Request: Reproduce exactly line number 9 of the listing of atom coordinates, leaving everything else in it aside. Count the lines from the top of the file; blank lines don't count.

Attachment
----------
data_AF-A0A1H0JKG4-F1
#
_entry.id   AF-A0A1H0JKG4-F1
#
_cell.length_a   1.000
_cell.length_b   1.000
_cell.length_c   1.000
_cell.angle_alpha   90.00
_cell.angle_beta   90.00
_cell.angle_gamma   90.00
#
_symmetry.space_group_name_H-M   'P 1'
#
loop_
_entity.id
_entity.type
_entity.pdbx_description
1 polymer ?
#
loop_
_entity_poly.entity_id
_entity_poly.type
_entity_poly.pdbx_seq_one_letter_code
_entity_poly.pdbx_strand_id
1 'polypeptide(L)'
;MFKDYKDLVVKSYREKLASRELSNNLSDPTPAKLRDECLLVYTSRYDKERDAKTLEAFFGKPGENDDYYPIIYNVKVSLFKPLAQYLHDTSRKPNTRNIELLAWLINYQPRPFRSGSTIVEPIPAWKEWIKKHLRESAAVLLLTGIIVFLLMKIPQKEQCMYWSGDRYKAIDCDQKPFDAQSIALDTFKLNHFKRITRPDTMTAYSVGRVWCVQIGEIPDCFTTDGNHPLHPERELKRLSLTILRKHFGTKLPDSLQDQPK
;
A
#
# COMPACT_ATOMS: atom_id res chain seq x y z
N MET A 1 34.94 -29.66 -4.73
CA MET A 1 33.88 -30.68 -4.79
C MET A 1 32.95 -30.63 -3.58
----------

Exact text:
_cell.angle_beta   90.00